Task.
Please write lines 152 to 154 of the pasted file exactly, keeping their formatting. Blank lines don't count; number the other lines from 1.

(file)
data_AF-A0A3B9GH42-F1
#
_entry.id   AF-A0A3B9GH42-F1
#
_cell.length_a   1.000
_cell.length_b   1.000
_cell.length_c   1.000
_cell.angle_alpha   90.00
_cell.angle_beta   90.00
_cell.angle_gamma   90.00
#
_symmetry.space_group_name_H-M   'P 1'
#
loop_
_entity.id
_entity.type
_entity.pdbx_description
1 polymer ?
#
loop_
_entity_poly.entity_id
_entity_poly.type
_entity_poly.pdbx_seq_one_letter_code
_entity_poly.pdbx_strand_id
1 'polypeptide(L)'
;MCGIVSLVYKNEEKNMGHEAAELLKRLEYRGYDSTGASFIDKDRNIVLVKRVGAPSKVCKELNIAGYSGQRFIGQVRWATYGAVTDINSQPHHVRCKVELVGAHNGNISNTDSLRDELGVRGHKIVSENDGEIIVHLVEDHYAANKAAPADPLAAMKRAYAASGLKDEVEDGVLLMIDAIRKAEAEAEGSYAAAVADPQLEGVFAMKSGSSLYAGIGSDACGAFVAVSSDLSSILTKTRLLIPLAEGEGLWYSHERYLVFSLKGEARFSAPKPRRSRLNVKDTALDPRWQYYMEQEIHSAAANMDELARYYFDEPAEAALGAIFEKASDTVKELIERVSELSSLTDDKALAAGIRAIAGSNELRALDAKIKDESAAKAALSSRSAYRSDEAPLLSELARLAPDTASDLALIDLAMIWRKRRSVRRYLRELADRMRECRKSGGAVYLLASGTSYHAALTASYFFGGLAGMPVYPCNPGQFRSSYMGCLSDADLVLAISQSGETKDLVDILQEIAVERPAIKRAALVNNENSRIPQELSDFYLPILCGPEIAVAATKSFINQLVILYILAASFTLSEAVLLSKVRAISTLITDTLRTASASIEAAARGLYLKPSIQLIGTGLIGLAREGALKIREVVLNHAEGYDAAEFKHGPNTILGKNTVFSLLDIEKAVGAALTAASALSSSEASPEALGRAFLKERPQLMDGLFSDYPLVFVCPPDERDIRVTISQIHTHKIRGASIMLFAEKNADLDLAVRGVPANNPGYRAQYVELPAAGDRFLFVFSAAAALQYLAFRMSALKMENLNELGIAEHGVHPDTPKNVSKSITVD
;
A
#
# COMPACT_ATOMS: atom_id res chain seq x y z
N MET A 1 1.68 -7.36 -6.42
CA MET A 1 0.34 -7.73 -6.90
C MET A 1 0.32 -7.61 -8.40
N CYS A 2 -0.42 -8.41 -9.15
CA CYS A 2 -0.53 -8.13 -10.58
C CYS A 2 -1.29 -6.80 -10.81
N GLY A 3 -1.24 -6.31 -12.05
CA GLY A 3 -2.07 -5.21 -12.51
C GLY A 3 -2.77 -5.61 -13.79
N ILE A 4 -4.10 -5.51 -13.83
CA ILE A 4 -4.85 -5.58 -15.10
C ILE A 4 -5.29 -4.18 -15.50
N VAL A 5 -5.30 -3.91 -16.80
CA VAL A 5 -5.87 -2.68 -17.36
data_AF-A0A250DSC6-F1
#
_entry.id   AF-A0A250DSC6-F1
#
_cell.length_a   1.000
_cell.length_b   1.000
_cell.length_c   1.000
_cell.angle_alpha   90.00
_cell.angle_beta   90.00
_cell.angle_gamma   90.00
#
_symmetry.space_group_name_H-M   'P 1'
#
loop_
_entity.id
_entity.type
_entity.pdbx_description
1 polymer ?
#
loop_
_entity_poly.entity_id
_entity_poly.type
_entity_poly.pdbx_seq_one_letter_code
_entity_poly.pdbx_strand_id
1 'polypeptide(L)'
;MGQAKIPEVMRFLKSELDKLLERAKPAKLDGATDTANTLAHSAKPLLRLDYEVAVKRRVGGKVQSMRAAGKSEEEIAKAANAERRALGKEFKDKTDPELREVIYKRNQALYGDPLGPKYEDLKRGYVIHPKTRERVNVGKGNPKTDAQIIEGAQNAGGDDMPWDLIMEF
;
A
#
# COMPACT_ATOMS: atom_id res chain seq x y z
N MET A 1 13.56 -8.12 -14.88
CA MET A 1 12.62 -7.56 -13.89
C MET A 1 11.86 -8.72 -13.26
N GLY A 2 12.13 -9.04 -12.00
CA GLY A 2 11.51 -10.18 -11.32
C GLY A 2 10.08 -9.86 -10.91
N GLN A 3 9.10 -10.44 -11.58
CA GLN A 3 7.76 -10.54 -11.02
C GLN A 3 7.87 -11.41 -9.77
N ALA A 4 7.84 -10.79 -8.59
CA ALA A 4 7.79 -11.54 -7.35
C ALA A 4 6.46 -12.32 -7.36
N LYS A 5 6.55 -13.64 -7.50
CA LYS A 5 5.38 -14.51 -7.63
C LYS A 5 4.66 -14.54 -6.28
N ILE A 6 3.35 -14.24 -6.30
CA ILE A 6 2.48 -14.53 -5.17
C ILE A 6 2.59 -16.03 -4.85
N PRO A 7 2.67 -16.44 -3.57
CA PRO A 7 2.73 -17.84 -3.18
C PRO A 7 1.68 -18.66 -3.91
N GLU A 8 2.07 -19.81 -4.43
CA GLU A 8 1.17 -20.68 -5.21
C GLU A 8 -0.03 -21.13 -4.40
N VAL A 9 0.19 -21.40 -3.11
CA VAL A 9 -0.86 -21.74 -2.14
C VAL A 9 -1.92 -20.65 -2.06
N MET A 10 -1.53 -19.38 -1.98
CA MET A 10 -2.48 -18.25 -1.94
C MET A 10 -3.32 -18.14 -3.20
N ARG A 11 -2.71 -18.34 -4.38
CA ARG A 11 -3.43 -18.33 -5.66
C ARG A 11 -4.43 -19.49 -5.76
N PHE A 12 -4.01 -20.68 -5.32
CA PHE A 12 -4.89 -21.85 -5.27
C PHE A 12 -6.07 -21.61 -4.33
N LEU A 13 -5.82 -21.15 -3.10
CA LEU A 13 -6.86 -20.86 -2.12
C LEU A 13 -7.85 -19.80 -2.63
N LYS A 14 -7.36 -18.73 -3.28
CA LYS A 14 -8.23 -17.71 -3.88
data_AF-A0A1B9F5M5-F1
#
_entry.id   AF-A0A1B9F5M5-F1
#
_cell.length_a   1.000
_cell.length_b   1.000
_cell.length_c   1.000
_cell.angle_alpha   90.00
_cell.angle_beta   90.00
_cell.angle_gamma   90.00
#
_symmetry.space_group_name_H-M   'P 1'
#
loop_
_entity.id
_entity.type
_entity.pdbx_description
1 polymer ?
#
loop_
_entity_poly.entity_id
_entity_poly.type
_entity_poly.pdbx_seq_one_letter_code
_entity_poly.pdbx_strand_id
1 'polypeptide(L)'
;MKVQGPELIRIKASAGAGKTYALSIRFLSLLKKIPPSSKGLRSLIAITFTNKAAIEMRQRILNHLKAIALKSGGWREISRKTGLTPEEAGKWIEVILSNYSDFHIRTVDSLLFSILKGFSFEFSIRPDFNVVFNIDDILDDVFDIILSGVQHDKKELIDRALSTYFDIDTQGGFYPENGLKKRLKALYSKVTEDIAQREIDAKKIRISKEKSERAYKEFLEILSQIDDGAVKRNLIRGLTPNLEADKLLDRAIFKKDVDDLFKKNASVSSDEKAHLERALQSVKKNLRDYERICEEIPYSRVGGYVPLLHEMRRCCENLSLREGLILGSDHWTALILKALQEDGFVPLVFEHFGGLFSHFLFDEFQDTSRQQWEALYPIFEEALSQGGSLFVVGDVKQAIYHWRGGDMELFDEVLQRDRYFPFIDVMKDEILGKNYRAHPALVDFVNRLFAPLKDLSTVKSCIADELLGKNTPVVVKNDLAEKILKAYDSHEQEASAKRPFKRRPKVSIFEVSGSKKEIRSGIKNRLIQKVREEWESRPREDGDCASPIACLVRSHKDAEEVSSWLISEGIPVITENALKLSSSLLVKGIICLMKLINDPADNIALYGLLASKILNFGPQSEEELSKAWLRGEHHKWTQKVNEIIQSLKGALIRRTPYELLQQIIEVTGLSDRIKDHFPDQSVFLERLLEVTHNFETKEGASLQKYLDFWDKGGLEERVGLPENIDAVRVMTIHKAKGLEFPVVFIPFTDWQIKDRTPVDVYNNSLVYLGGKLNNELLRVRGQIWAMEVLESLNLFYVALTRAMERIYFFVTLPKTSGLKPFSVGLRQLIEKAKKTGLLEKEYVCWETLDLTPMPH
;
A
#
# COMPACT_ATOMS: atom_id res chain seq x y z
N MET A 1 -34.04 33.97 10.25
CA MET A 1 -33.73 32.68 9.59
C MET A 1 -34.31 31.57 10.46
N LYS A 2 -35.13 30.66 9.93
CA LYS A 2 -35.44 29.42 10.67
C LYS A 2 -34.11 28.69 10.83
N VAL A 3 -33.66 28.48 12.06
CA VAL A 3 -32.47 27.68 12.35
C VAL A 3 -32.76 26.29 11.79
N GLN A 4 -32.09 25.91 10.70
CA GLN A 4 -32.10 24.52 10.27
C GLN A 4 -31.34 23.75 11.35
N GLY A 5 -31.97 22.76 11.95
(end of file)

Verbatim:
N VAL A 3 -33.66 28.48 12.06
CA VAL A 3 -32.47 27.68 12.35
C VAL A 3 -32.76 26.29 11.79